Once bosom friends who mounted a successful campaign in the 2007 presidential election, Deputy President William Ruto and opposition leader Raila Odinga have launched yet another all-out war against each other.
For the past three days, the two leaders have been on each other's necks over the 2022 presidential elections and whether Mr Odinga owes Mr Ruto a political debt for his support in the 2007 poll.
Also featuring in their back-and-forth is the 2017 election and whether Mr Odinga was cheated out of his victory or he was just a power-hungry despot who refused to accept defeat.
The two leaders have in the recent past also clashed over whether or not Mr Ruto knew beforehand about the historic deal Mr Odinga made with President Uhuru Kenyatta, and whether Mr Ruto's frequent tours across the country amounted to premature campaigns.
On Sunday, Mr Odinga continued the war of words, laughing off Mr Ruto's suggestion that the Orange Democratic Movement (ODM) leader was a stubborn politician who never concedes defeat.
"He claims that we were undemocratic because we did not accept defeat. How do you expect us to concede defeat in a contest we did not participate in?" Mr Odinga asked at Friends Church Quakers Maringo, Nairobi.
The ODM leader was making reference to the October 26 repeat presidential election -- ordered by the Supreme Court after their historic decision to annul the August 8 poll -- that he boycotted citing lack of electoral reforms.
The renewed war of words started on Friday during the burial of former minister Henry Obwocha, a function attended by Mr Odinga when Mr Ruto, without mentioning names, asked leaders to be democratic enough "and accept defeat when you lose".
But it is the move by Mr Ruto to revive debate about the 2007 polls that has angered many in ODM, as well as Amani National Congress leader Musalia Mudavadi.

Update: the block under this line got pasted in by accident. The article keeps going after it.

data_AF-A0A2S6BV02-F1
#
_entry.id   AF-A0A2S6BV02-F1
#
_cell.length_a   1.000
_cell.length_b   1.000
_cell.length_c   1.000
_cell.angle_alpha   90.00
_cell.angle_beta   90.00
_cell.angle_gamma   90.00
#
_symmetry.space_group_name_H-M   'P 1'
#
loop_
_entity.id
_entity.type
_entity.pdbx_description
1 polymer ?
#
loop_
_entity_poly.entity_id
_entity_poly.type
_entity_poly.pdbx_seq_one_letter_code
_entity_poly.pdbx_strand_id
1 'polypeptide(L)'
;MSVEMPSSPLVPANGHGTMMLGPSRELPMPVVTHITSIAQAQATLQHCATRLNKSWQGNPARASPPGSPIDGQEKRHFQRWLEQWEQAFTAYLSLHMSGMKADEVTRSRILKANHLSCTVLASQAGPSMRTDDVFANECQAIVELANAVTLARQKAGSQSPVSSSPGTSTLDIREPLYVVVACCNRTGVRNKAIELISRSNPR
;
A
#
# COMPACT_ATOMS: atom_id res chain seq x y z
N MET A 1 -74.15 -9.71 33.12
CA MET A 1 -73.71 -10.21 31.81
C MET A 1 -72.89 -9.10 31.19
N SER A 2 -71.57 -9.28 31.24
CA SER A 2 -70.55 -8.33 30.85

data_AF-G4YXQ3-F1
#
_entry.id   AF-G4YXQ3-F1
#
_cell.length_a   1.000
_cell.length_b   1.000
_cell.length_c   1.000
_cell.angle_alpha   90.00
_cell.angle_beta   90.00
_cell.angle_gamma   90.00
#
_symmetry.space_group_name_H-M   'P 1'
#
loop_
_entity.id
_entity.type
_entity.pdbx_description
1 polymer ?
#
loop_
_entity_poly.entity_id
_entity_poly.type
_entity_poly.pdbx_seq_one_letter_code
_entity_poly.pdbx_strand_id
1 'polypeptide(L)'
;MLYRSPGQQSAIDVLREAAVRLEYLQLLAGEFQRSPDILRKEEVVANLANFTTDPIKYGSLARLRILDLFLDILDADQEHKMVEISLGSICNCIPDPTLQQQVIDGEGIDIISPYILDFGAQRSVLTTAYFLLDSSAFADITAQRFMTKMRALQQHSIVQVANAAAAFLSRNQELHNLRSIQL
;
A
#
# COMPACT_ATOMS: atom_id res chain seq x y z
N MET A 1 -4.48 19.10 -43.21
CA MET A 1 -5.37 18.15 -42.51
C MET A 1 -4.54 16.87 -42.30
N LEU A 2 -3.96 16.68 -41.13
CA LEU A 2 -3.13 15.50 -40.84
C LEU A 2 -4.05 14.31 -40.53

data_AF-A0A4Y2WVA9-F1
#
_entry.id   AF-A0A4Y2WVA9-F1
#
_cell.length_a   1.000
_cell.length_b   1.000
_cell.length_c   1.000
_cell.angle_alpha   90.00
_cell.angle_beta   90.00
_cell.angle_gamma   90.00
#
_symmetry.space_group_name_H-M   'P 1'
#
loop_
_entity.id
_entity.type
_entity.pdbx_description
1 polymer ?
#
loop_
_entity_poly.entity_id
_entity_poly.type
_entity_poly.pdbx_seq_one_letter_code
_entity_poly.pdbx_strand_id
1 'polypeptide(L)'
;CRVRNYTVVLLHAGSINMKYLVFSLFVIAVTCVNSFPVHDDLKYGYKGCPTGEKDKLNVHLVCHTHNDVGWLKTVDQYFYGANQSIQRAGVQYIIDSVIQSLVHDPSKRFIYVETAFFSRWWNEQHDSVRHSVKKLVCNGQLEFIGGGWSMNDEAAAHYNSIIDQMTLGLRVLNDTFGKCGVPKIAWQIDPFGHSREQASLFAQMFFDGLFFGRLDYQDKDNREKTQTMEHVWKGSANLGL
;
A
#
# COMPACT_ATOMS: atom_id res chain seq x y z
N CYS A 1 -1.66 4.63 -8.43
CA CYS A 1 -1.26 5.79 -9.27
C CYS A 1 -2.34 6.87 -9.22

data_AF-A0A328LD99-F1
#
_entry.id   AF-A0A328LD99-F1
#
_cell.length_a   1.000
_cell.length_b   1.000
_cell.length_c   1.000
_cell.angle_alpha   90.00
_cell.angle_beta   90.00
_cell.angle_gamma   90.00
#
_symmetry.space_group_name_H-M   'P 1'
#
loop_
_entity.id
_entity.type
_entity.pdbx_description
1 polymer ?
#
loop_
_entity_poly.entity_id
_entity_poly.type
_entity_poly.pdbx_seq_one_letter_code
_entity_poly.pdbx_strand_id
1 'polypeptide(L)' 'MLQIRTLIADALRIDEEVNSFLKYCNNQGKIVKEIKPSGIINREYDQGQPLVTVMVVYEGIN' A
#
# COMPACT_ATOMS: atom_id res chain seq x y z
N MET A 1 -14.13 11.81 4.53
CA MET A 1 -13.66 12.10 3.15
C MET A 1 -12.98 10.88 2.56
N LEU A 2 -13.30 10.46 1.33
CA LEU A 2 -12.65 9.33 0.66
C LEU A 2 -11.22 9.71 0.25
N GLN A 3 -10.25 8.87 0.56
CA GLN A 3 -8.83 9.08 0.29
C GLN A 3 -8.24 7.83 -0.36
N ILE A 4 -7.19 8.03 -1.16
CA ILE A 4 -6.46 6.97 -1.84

Mr Ruto, speaking in Kakamega during the homecoming of Lurambi MP Titus Khamala on Saturday, said that Mr Odinga and Mr Mudavadi had abandoned him after the disputed poll in which he was charged at the International Criminal Court for the post-election violence that marred the country.
He told the crowd that the trio had made a deal to have him as prime minister, with Mr Odinga as president, and Mr Mudavadi his deputy.
"When the election was disputed, a deal was made, and Mr Odinga took what was mine -- the prime minister's post, with Mr Mudavadi as the deputy prime minister. They left me out," Mr Ruto, who was named agriculture minister in the coalition government, said.
On the ICC, Mr Ruto said: "After the election, I was taken to The Hague, and my friends here, Raila and Mudavadi never even bothered to come visit me there."
For all his troubles, Mr Ruto concluded that Mr Odinga and Mr Mudavadi owe him their support in 2022.
On Sunday, Mr Odinga's ODM said there was no such deal.
"The position of PM did not exist before the 2007 election. It was forged out of the national accord after the post-election violence," ODM secretary-general Edwin Sifuna stated.
"There is no way it could have been party of any pre-election arrangement. The politics of debt are retrogressive. Let Ruto convince Kenyans that he is fit for the office of President without blackmailing leaders with non-existent debts."
And yesterday, Makadara MP George Aladwa reignited debate about whether or not Mr Odinga will run for president in 2022.
"Some people are saying that Raila should not run in 2022, and I want to ask: Is there any law that bars him? No! So why should he not run? We will support him fully," Mr Aladwa said at the service attended by Mr Odinga.
ANC secretary-general Barrack Muluka, on the other hand, termed Mr Ruto's claims as "political levity".
"I think the DP was only making a little joke. If he wasn't, then Kenyans have reason to be afraid -- very afraid.
"In the end, these things are not about individuals and their selfish ambitions. This thing about "me, me and more me" is nauseating," Mr Muluka told the Nation on phone.
"Where does it leave the remaining 45 million (Kenyans)? We want vision and not throwbacks to retrogressive individual focus on "promises" and "debts" that never were," the ANC secretary-general added.
He said there is only one debt "and that's the debt that the political class owes Kenyans. The debt of responsible leadership."
But Mr Mudavadi, speaking at the same function, said there was no power sharing agreement in ODM in 2007 to warrant Mr Ruto's calls for support.
"Besides, President Kenyatta and Mr Ruto short-changed me in 2013 when they lied to me in my house that they would back my candidature," he said.
He challenged Mr Ruto to prepare for a bruising battle to succeed Mr Kenyatta in 2022.
ODM chairman John Mbadi on Sunday accused the DP of being obsessed with 2022 elections.
"There is no debt in the world of politics. In politics you do what you think is right and not to be paid back," Mr Mbadi said.